"In my thirty years of business experience," says Mr. Leonard C. Hanna, "I have never known a mind which had such a firm grasp on the essentials of a business proposition"; and this ability to fasten on essentials seems to have been due not merely to his knowledge of the conditions affecting any particular business affair, but to thoroughly sound general ideas and methods. He had the faculty of "getting in right" instead of wrong. The accuracy and the force of his judgment on specific business questions was assisted by a correct general estimate of the dominant values in his own business world. H. M. Hanna testifies that his brother had a definite and comprehensive conception of the channels, through which the great American domestic commerce was bound to flow and of the opportunities, which were offered to Cleveland business men of assembling the raw materials necessary to the steel and iron industries and of furnishing the means of transportation. His other brother, Mr. Leonard Hanna, states that he early acquired an equally definite idea of the dominant principle underlying the characteristic American industrial organization — the principle of keeping control of the several processes by means of which raw materials are worked up for use, and of deriving some profit from all of them. It was because the business of M. A. Hanna & Co. was based partly on this principle that it escaped the fate which might have befallen, under later conditions, an unprotected commission business.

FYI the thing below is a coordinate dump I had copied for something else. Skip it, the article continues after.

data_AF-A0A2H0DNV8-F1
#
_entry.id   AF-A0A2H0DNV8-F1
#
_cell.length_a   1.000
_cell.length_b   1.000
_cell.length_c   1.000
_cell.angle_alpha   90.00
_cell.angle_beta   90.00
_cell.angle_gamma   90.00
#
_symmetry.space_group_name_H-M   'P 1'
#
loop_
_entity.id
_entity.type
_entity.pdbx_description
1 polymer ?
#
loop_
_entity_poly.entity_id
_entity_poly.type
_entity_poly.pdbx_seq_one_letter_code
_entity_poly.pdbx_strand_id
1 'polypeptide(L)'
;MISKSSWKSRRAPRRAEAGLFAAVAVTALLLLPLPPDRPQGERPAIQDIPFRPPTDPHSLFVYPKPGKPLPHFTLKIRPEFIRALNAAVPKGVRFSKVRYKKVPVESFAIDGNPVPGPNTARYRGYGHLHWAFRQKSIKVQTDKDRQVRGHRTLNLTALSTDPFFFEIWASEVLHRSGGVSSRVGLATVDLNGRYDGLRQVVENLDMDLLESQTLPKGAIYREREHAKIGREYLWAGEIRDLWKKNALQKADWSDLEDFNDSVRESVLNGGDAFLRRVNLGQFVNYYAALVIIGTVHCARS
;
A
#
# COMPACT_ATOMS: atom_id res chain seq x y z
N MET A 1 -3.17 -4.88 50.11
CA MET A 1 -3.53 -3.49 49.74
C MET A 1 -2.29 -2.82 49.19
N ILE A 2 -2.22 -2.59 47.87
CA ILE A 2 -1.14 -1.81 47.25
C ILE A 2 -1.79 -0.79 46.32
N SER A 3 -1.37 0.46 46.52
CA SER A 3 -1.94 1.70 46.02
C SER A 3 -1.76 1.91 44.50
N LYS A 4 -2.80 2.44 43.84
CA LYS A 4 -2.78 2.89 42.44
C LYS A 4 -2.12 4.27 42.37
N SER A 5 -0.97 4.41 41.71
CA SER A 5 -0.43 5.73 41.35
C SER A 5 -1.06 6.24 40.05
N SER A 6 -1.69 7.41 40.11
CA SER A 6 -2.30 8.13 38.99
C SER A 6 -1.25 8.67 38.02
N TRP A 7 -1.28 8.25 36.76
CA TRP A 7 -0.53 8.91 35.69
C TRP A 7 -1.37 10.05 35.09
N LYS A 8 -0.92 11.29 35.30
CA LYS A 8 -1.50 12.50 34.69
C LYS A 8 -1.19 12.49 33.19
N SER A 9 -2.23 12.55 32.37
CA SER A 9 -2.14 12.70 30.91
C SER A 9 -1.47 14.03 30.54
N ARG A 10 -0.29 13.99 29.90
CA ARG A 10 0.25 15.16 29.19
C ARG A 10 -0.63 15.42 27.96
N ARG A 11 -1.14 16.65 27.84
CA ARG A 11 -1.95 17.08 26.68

The mixture of balance and prudence in his business policy, and of personal flexibility and impersonal stability in his business achievements, was the natural expression of two different aspects of Mark Hanna's disposition. His nature was impulsive, and his impulses frequently had an explosive expression, but at the same time he was cautious and considerate. Although his will was insistent and aggressive, it was not headstrong. He knew what he could and could not do, and he knew when and how long to wait. All the most important actions of his life were the result of unconscious instincts and intentions rather than conscious purposes; but he had no sooner acted in obedience to some deep-rooted personal instinct than his candid intelligence began with coolness and caution to search for the best means of making his will prevail. His will was strong and dominant, largely because it was not calculating; and it was effective, because once having been "set" it could call to its assistance the resources of a well-stored, ingenious and deliberate mind. Mark Hanna's experience came to him as the result for the most part of his instinctive action, but he digested and used it by virtue of a capable and considerate intelligence.